said to have the same property; a purple fluid is poured out from beneath the mantle, but it is so fugitive that no application can prevent its speedily turning to a dull rusty colour.
Colonel Montagu mentions one of our marine shell-fish (Scalaria clathrus) as secreting a purple juice. "It may be collected either from the recent or dried animal, by opening the part behind the head; and as much can be procured from five individuals as is sufficient, when mixed with a few drops of spring-water, to cover half a sheet of paper. Neither volatile nor fixed alkali materially affects it; mineral acids turn it to a bluish green, or sea-green; sulphuric acid renders it a shade more inclining to blue; vegetable acids probably do not affect it, since cream of tartar did not in the least alter it. These colours, laid on paper, were very bright, and appeared for some months unchanged by the action of the air or the sun; but, being exposed for a whole summer to the solar rays, in a south window, they almost vanished. The application of alkali to the acidulated colour always restored it to its primitive shade, and it was as readily changed again by mineral acid."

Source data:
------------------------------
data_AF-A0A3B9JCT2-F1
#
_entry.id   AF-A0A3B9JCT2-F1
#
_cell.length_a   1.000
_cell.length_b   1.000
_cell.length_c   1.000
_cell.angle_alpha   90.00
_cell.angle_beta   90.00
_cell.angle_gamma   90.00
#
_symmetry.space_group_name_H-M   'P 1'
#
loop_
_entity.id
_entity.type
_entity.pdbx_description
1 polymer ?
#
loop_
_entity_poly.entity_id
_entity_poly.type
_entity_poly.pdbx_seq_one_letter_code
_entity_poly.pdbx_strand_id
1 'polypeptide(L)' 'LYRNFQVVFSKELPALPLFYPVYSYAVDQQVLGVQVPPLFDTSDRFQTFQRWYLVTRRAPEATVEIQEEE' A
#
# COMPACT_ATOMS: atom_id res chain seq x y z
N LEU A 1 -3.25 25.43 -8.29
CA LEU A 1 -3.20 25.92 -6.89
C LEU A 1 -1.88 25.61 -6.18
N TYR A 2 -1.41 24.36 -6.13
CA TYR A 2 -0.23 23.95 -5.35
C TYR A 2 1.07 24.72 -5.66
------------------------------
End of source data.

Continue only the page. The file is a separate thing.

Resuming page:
- Test. Brit. Supp. p. 122.